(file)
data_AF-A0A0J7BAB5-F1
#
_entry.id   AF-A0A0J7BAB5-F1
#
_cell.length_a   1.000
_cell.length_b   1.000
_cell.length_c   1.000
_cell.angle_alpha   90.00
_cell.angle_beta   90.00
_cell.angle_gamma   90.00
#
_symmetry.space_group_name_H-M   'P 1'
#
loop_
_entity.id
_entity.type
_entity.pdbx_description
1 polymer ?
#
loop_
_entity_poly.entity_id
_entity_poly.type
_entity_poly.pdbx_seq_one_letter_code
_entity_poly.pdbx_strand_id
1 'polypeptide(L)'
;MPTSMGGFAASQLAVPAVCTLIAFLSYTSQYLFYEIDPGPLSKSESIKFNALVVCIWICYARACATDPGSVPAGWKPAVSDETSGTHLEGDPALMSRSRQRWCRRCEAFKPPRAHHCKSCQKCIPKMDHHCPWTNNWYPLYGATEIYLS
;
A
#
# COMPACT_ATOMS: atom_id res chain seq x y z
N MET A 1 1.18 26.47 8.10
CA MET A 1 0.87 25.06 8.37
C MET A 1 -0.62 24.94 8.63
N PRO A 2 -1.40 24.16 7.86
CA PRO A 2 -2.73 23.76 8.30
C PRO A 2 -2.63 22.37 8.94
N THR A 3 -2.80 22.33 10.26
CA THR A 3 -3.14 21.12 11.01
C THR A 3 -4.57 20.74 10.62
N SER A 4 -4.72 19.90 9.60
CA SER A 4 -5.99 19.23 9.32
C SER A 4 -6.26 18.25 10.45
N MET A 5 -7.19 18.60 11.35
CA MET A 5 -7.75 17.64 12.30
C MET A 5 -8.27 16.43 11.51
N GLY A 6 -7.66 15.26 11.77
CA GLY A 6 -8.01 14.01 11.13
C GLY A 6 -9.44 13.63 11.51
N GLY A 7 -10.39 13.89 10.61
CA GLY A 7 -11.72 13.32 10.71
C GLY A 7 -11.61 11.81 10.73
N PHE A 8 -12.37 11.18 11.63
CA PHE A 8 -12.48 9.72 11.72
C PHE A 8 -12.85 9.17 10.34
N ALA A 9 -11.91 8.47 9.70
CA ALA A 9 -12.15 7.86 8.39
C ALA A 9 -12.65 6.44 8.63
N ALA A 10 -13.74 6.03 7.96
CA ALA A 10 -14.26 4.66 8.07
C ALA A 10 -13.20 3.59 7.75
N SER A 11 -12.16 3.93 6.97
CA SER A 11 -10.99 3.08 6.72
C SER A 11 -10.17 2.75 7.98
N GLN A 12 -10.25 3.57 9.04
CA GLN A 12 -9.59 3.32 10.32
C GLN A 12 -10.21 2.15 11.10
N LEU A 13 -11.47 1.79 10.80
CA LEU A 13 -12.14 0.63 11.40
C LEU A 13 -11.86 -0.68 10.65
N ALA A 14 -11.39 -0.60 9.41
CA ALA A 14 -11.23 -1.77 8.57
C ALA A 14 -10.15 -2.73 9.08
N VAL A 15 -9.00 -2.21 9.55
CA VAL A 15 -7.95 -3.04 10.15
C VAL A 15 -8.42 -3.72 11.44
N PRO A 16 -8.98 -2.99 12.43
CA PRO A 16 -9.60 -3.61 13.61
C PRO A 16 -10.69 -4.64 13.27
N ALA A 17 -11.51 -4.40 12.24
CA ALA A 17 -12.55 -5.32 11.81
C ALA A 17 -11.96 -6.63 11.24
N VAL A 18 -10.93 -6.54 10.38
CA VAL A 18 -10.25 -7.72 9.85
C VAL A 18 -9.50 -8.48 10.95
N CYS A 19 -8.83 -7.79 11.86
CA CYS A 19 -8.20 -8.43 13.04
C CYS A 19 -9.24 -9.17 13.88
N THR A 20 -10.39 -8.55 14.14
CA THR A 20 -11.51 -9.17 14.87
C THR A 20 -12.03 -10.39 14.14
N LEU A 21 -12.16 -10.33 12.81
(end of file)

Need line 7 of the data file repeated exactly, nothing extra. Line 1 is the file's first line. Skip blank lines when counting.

_cell.length_c   1.000